It is time for unions to put their mottos into action.  Rather than object to proposed systems of accountability passed down by others, there needs to be a serious discussion about how we, as teachers, will hold each other accountable.  Whether it is through teacher-created rubrics and portfolios, such as those used at my own school, or some other reasonable but rigorous model, we need to come up with specific proposals for reform.  One size may not fit all, but let’s start trying on some models.

Shirley Hufstedler, our nation’s first Secretary of Education, stated:  “You don’t make progress by standing on the sidelines, whimpering and complaining.  You make progress by implementing ideas.”  As teachers, we cannot be afraid of being held accountable. It is time for us, and our trade associations, to discuss and propose progressive and reform-oriented models of accountability.

4 Comments leave one →
  1. May 3, 2010 5:58 am

    I don’t know… I think the problem is more cryptic than that. It isn’t as if the unions don’t have their own plans and proposals for these issues, including ones that have been implemented in various states and districts.

  2. May 3, 2010 6:48 am

    While I agree that teachers need to be held accountable for the education of their students, it constantly and consistently irks me that seemingly everyone forgets that the students should also be held accountable for their own education. Like the old saying, “you can lead a horse to water but you can’t make him drink,” you can give students all the tools and tricks and individual attention in the world but unfortunately, sometimes, they just do not want to learn and, also unfortunately, we cannot force them.

    As for the thousands of layoffs across the country, it makes me feel ill. I worked hard to become a teacher and I could not find a job then (7 years ago). I cannot imagine what it’s like now. I struggled and finally capitulated and took a job working in a daycare just so I had something that was loosely related to my degree. I hated every second of those 54 weeks. Now I’m back in school working on another BA in special education. If I cannot find a job in this field, I will be sorely disappointed and I have no idea what I will do.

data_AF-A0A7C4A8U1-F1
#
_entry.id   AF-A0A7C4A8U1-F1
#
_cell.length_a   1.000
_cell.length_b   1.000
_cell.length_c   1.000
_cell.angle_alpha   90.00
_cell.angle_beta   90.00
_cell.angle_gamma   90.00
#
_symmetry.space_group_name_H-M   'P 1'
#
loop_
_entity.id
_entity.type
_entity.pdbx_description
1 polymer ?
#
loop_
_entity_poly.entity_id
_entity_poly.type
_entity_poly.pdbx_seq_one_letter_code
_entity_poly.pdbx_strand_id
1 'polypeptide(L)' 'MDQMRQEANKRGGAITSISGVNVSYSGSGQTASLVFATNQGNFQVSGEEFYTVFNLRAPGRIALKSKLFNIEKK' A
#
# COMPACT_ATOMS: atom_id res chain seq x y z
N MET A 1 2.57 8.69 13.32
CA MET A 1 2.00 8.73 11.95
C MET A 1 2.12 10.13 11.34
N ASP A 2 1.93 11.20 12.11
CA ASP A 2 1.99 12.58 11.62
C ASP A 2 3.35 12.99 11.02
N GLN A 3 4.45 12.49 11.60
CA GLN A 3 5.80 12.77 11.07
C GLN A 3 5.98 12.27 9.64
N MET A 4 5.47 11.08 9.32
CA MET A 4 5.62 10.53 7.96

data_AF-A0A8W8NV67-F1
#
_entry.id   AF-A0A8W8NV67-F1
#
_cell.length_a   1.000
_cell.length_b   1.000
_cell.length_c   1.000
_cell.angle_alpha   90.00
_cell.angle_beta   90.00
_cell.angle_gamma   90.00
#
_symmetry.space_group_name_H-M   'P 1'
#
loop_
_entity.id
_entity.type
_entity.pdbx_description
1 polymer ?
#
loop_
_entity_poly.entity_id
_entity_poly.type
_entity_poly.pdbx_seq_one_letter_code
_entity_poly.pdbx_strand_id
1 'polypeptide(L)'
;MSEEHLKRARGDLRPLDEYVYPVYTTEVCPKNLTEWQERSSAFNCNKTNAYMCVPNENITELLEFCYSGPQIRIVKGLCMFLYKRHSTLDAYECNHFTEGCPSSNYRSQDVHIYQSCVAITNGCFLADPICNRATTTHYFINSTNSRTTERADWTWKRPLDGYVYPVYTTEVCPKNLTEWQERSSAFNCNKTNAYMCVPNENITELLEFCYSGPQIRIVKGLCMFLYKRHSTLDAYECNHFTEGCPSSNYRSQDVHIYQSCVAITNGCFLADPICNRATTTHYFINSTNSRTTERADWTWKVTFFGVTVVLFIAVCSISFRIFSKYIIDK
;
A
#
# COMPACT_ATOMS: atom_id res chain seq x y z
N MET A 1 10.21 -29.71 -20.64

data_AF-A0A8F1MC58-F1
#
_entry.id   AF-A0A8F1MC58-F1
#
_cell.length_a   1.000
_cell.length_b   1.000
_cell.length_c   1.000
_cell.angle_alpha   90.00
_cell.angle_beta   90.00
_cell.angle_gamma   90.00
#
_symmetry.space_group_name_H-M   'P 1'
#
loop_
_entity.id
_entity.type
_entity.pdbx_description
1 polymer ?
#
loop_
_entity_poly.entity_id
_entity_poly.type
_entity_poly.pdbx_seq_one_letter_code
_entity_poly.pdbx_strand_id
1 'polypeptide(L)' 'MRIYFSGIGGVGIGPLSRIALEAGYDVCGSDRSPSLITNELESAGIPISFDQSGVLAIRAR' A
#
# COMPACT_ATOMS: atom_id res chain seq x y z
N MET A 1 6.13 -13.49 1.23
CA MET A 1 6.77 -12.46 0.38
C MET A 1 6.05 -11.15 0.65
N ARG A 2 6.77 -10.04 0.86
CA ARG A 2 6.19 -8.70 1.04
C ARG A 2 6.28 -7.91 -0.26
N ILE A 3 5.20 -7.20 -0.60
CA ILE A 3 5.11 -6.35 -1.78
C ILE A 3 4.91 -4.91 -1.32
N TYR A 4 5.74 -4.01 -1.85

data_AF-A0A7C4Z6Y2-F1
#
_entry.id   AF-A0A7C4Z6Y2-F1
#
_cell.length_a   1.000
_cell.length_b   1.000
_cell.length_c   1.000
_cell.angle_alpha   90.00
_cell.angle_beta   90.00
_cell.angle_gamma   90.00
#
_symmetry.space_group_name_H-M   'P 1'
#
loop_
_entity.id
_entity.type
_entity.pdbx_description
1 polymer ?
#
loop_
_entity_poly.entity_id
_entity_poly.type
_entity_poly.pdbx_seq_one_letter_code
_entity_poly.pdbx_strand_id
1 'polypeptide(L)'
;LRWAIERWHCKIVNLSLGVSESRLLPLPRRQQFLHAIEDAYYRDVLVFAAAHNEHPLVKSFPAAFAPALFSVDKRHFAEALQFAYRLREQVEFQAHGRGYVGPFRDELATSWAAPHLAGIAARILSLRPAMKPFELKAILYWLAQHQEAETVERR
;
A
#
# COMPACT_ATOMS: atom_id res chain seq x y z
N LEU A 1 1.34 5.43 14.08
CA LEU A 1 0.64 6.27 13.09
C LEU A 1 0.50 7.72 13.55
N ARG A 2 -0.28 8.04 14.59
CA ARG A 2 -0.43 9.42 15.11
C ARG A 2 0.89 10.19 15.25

3. Terilyn permalink
    May 4, 2010 12:33 pm

    To Renee Anne: I’m happy to hear that you are going into Special Education, I serviced my students for a decade and loved the small class size and the wonderfully diverse personalities and learning needs of the students. Good for you! (Think universal design for learning and instruction)

    To Kelly Kovacic: Excellent article, thank you for sharing your experience that evening. Also, thank you for sharing Shirley Hufstedler’s words, “You don’t make progress by standing on the sidelines, whimpering and complaining. You make progress by implementing ideas.”

    I hope that all parties involved, from the State Department of Education to the unions to students and their parents and higher education departments, collaborate to define, measure, and develop “effective teachers” and “effective leaders” assessments (from hiring to firing and everything in between).

  4. May 6, 2010 3:33 am

    Part and parcel of the need to find solutions is the need to find solutions together. The conversation on public education has become very polarized lately. That makes it all the more difficult to be constructive.